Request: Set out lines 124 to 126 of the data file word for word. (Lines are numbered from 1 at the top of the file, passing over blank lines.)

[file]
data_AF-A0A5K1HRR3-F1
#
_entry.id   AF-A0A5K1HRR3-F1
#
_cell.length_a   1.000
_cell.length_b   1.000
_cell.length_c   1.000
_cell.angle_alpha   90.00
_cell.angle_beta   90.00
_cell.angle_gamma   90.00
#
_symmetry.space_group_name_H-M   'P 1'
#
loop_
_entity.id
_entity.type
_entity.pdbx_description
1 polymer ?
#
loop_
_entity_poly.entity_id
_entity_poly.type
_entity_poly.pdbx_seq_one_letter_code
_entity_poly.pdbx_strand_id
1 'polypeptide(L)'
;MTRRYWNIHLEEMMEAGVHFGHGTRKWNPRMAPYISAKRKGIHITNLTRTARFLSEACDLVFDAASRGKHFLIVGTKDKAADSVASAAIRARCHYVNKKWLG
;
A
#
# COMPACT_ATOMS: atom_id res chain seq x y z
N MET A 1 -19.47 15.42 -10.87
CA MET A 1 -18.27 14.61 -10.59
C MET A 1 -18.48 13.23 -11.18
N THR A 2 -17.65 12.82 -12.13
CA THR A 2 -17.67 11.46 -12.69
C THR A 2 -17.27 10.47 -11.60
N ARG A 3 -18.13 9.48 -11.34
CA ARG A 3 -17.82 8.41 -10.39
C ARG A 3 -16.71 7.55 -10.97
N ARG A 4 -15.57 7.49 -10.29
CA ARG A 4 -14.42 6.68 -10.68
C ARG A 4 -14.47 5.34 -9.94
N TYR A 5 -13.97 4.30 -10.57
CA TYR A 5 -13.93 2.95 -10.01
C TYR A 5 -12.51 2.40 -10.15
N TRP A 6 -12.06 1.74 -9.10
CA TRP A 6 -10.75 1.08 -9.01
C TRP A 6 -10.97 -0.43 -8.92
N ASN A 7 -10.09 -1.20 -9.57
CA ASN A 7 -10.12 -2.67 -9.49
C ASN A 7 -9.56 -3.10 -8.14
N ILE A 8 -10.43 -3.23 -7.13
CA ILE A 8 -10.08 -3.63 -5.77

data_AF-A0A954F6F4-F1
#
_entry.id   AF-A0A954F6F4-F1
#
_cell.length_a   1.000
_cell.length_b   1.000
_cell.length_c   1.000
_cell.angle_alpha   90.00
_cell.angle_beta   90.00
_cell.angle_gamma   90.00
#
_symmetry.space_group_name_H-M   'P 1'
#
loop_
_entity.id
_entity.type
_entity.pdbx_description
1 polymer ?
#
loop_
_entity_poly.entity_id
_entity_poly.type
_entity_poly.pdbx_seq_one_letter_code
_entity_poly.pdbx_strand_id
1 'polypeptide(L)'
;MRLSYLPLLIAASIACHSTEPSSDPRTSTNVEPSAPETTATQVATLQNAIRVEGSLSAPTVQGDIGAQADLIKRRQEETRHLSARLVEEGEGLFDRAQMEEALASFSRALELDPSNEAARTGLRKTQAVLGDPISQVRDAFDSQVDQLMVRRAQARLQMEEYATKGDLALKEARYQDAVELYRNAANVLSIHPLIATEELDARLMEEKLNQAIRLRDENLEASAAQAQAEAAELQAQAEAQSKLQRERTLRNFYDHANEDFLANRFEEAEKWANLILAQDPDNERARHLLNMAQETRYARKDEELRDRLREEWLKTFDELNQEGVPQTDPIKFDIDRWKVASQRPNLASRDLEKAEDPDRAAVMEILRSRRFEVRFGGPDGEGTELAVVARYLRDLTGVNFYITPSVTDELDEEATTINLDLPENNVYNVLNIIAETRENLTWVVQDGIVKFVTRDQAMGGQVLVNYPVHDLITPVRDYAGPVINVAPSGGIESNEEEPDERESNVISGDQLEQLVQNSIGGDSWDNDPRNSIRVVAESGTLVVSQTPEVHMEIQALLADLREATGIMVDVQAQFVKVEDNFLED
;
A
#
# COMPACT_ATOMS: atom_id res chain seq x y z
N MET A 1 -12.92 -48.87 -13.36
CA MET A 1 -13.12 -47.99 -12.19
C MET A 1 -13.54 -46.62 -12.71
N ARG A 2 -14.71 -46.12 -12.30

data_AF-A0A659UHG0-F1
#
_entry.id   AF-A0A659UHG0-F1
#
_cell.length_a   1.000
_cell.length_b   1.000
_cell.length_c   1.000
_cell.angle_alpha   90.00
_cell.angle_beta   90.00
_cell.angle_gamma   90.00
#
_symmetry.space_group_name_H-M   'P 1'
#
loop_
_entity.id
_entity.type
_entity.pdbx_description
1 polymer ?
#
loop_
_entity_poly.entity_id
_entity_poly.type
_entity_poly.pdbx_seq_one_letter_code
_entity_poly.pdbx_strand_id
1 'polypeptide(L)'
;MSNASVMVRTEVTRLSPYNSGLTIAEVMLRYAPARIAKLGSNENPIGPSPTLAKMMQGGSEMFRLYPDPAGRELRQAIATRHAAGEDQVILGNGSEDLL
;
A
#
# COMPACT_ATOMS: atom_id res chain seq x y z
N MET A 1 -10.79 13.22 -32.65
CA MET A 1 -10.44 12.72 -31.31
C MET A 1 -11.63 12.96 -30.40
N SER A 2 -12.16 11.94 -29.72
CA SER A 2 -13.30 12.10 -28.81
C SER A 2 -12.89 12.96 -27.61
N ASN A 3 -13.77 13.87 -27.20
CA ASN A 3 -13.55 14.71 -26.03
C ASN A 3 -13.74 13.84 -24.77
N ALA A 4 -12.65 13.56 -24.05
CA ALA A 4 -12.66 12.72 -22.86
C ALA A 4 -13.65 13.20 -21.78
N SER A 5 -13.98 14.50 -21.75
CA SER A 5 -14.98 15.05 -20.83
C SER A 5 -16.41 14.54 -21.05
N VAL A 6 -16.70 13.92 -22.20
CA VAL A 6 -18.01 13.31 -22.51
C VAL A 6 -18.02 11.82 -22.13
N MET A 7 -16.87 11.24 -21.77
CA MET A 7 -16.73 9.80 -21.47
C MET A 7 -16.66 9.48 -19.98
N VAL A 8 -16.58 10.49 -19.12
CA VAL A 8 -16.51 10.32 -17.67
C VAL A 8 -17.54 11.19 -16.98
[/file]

N ASN A 3 -13.77 13.87 -27.20
CA ASN A 3 -13.55 14.71 -26.03
C ASN A 3 -13.74 13.84 -24.77